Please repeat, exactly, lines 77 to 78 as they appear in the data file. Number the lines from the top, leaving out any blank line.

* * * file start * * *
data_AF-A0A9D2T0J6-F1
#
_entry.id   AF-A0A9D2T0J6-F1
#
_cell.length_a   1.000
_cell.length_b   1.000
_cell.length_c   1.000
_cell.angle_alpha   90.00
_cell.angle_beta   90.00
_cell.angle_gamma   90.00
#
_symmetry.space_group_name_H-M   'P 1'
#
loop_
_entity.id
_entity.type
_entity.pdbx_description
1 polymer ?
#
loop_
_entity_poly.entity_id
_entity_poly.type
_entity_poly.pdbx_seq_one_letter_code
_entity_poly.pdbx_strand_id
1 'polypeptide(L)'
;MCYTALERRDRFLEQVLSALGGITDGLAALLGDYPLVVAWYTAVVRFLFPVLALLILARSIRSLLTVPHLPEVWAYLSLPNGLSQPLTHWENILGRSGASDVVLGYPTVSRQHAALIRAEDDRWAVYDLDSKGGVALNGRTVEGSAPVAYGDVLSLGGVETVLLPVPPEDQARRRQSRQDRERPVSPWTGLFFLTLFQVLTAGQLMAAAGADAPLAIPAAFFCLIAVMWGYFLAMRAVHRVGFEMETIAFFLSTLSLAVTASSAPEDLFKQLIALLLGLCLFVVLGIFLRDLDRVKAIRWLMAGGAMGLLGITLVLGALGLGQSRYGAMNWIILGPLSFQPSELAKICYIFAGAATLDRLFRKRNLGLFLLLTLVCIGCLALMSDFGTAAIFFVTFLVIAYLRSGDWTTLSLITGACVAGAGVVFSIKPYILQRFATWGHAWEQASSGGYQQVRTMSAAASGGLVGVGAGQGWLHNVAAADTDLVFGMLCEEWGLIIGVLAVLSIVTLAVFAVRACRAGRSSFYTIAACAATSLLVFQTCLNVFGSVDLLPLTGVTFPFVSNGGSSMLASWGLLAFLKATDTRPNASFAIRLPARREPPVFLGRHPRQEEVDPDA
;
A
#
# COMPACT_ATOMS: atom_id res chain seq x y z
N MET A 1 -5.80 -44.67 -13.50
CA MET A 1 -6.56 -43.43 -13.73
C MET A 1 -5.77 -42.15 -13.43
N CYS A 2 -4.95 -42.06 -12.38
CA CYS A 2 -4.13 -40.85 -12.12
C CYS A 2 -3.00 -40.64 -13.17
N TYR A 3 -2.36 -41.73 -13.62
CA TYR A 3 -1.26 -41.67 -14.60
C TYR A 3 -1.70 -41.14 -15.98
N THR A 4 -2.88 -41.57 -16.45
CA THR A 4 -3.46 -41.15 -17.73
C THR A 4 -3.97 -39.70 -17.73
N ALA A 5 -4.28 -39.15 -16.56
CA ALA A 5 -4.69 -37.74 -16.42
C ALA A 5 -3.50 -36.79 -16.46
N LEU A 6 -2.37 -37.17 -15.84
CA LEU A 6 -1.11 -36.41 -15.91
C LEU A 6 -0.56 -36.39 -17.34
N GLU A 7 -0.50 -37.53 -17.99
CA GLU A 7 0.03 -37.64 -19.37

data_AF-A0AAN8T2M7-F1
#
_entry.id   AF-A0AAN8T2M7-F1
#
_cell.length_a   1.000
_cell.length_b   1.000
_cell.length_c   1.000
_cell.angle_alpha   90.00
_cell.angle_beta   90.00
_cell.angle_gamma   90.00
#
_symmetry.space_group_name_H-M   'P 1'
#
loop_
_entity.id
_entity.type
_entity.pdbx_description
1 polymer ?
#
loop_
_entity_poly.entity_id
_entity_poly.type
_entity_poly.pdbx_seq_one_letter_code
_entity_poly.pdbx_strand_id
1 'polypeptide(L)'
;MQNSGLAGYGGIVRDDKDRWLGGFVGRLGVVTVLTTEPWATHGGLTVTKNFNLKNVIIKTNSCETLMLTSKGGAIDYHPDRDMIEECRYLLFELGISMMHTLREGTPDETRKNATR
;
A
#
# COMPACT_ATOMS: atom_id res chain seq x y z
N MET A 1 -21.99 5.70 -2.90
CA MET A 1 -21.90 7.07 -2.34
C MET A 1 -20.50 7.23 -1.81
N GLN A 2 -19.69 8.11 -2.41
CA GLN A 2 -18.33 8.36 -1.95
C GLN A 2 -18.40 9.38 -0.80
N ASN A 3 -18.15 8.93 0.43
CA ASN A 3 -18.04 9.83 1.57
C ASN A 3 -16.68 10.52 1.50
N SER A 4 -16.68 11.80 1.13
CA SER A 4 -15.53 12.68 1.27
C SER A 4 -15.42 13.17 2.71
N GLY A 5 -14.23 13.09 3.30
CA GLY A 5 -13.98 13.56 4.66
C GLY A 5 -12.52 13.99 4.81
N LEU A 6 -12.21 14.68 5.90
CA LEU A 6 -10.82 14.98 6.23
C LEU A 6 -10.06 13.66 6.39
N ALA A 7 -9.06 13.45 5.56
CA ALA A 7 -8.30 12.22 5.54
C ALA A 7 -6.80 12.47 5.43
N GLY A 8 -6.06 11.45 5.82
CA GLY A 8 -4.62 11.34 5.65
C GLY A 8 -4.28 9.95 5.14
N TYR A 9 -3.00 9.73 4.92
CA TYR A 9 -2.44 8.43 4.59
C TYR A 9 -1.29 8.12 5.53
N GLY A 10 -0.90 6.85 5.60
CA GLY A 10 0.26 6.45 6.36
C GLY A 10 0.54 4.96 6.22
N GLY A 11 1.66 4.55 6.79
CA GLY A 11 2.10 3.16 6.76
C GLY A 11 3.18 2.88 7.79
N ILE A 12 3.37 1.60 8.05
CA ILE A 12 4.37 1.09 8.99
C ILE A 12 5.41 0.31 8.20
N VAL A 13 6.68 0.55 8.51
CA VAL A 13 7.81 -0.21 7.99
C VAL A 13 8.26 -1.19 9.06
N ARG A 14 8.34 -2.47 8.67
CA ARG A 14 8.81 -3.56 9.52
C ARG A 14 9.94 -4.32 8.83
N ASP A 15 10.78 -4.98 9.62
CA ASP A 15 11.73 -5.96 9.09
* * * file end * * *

;
A